My life is a journey and no one knows how the path in front of me will unfold - where it will lead or when or how it will end. And that journey is made one moment at a time. It's a long journey - a long road - and now, more often than I'd like to, I will have to walk the "cancer line" of this journey too frequently ... (And normally, before 1/22/16, right here I would end this post and say 'But it's OK because it means I'm alive - and that's what matters,' but that's not how I feel anymore. Instead, I'll end with: ...) Is it ok? No - it's not. But I don't have a choice. I wouldn't choose "this" ever and I wouldn't wish it on any one no matter terribly they've scorned me. But again - I have no choice. I walk the lines that are laid before me - some lines I chose and some lines that were chosen for me. We all play the hands we're dealt - whether we want to or not. Some do it kicking and screaming the entire time and others do it gracefully, with their heads held high and their hearts full of love for the lines they did choose. My heart is full and I hope, and pray, that I can walk my life's journey - and all that's tethered to it - with as much grace as possible (... and only intermittent kicking and screaming).

Thursday, March 10, 2016

Radiation continued ...

So I've had 10 radiation treatments thus far - 30 total if you count individual locations. 10 to my cricoid, 10 to my C3 and 10 to my left iliac (pelvis). I no longer have the pain or weak feeling in my pelvis, but I don't know if that's from the treatment or just from the reduction in hormones now that I'm almost 3 months postpartum. The pain in my neck is better as well. I don't have the numbness anymore nor nearly as many instances of tingling. Every now that then I still feel an ache but that's when my head is in an extreme angle, like chin to chest. And my airway ... the lesion on my cricoid is stable. We won't know how effective radiation has been until a few weeks after it's completed. When will it be completed? One more week. 5 days exactly. And just 5 more treatments to my cricoid specifically. They start next week. Thus far - the only side effects from treatment are fatigue and a really sore throat. Imagine trying to drink a glass of sand. That's what it feels like. My throat feels so dry that just swallowing in general hurts ... then you add food ... it hurts ... a lot. I've resorted to eating like Kobiashi and taking a drink of water or tea with every bite of food to help wash it down. That and chewing my food until it's paste in my mouth ... or just simply eating soups or purees or smoothies right now. It's no wonder my appetite isn't as big as it usually is. My mom is entertaining buying me baby food ...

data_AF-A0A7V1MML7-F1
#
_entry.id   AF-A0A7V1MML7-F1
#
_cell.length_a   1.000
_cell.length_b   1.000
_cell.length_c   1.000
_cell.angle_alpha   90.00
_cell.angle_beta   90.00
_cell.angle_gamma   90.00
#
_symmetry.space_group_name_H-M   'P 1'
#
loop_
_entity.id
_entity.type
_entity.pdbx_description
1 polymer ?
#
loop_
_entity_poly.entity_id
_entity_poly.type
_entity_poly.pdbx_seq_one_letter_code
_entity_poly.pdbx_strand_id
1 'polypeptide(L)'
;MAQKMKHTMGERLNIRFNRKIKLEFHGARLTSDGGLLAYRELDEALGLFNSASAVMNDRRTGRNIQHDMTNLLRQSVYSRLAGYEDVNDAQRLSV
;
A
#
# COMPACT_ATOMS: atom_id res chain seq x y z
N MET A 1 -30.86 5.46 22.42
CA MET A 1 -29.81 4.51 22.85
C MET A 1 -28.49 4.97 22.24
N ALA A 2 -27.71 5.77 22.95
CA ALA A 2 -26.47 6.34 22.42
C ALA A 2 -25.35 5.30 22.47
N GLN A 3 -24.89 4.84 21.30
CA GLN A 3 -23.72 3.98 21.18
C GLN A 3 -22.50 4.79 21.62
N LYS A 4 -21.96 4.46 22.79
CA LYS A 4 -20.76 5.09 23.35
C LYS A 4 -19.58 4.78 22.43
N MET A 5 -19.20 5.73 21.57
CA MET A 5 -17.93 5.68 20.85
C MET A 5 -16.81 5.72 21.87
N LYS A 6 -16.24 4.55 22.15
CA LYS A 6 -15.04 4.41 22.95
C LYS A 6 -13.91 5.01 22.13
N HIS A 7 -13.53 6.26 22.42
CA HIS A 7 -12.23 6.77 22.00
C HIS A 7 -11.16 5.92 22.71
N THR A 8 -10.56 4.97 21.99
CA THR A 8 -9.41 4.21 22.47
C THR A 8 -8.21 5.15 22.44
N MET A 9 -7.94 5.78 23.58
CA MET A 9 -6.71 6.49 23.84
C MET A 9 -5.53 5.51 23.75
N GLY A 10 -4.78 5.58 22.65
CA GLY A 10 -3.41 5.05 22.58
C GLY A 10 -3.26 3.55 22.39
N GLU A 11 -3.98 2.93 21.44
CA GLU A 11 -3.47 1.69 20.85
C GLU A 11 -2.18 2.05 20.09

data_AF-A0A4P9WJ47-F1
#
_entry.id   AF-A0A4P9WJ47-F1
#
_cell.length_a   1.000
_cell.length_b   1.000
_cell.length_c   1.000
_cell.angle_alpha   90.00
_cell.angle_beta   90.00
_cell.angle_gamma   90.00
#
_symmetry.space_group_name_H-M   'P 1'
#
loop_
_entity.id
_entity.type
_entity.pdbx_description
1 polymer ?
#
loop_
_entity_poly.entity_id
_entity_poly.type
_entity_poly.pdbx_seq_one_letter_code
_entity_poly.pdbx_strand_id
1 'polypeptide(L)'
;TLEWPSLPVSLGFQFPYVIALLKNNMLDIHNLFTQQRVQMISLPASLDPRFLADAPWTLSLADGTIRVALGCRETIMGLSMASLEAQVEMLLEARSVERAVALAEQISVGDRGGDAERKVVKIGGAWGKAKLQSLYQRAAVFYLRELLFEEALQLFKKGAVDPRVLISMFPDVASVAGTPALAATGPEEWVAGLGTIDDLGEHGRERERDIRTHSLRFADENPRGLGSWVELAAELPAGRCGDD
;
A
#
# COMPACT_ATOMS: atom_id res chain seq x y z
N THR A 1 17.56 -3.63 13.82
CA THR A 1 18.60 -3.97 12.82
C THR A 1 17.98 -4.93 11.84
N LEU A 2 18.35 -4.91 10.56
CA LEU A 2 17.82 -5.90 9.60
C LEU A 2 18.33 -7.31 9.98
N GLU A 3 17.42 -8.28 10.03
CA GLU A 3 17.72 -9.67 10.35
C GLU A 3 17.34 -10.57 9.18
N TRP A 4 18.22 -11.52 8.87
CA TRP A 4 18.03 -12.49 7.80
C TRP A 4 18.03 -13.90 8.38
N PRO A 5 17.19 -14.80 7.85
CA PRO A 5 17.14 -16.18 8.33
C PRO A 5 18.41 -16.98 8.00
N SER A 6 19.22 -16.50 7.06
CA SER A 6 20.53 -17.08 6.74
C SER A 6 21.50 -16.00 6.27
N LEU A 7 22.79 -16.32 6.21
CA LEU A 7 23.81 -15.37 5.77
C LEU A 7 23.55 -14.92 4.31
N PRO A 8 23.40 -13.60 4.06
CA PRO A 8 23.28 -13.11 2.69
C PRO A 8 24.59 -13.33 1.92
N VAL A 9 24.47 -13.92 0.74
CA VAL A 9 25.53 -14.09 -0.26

I've also got the ovarian suppression on board and so far I'm not noticing any side effects from it. It makes you question whether or not it's working. I'm supposed to be having hot flashes and night sweats and other menopausal symptoms. But the suppression is treatment, as my oncologist's nurse keeps telling me. The rest of treatment will happen once radiation is over.

Treatment, treatment, treatment. We stay the course with one agent of treatment until we need to switch. "Until" isn't defined and could be a long time or short time. In the meantime, we're just trying to take time one day at a time. It's been days that are happy and days that are sad, and days where I'm tired and days that I cry. Most often, it's a combination of all of this in one day. I was telling Mike the other day that having cancer - being in treatment for cancer - is a full time job it seems like. We're at the hospital a lot and I know it will slow down once radiation is over, but it just feels like a lot lately. I'm meeting with so many different doctors right now I guess it makes sense - oncology, ENT, radiation oncology, neuro oncology, nutrition ... not to mention the other teams we haven't met with yet.

So what's outstanding right now - we need to see how I respond to the radiation treatment and the expectation is that the lesions on my cricoid and C3 shrink back and scar over and are no longer active for an indefinite amount of time. We should start finding out how successful rads was over the next month or so. Next, the stability of my C3 once it scars over. I'm extremely hopeful that it scars over well and holds strong and that I won't need any surgery on that vertebrae. I don't know when we'll be able to assess that - maybe in a few months, maybe longer. Finally, how I'm responding systemically ... again something that we won't be able to assess for a few months.

I'm so extremely hopeful for a great response. I'm sure everyone is. I pray for it every day.

My birthday is this sunday. I'll be 35.